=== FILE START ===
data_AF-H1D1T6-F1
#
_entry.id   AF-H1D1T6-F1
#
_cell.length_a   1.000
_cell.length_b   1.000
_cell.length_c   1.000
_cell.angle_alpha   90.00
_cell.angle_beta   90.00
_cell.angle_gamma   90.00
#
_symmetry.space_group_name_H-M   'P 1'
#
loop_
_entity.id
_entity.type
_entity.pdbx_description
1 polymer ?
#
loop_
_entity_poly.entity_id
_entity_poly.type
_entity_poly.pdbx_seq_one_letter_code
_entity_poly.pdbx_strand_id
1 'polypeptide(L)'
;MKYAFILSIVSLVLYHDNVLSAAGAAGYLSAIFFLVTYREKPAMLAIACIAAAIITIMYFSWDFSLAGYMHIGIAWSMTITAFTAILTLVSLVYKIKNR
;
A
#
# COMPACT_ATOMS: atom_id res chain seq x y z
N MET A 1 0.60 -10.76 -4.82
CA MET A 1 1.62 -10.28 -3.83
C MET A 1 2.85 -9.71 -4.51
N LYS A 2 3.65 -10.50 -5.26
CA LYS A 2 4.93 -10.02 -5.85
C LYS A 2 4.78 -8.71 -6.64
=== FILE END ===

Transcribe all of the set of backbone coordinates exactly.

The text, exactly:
data_AF-H1D1T6-F1
#
_entry.id   AF-H1D1T6-F1
#
_cell.length_a   1.000
_cell.length_b   1.000
_cell.length_c   1.000
_cell.angle_alpha   90.00
_cell.angle_beta   90.00
_cell.angle_gamma   90.00
#
_symmetry.space_group_name_H-M   'P 1'
#
loop_
_entity.id
_entity.type
_entity.pdbx_description
1 polymer ?
#
loop_
_entity_poly.entity_id
_entity_poly.type
_entity_poly.pdbx_seq_one_letter_code
_entity_poly.pdbx_strand_id
1 'polypeptide(L)'
;MKYAFILSIVSLVLYHDNVLSAAGAAGYLSAIFFLVTYREKPAMLAIACIAAAIITIMYFSWDFSLAGYMHIGIAWSMTITAFTAILTLVSLVYKIKNR
;
A
#
# COMPACT_ATOMS: atom_id res chain seq x y z
N MET A 1 0.60 -10.76 -4.82
CA MET A 1 1.62 -10.28 -3.83
C MET A 1 2.85 -9.71 -4.51
N LYS A 2 3.65 -10.50 -5.26
CA LYS A 2 4.93 -10.02 -5.85
C LYS A 2 4.78 -8.71 -6.64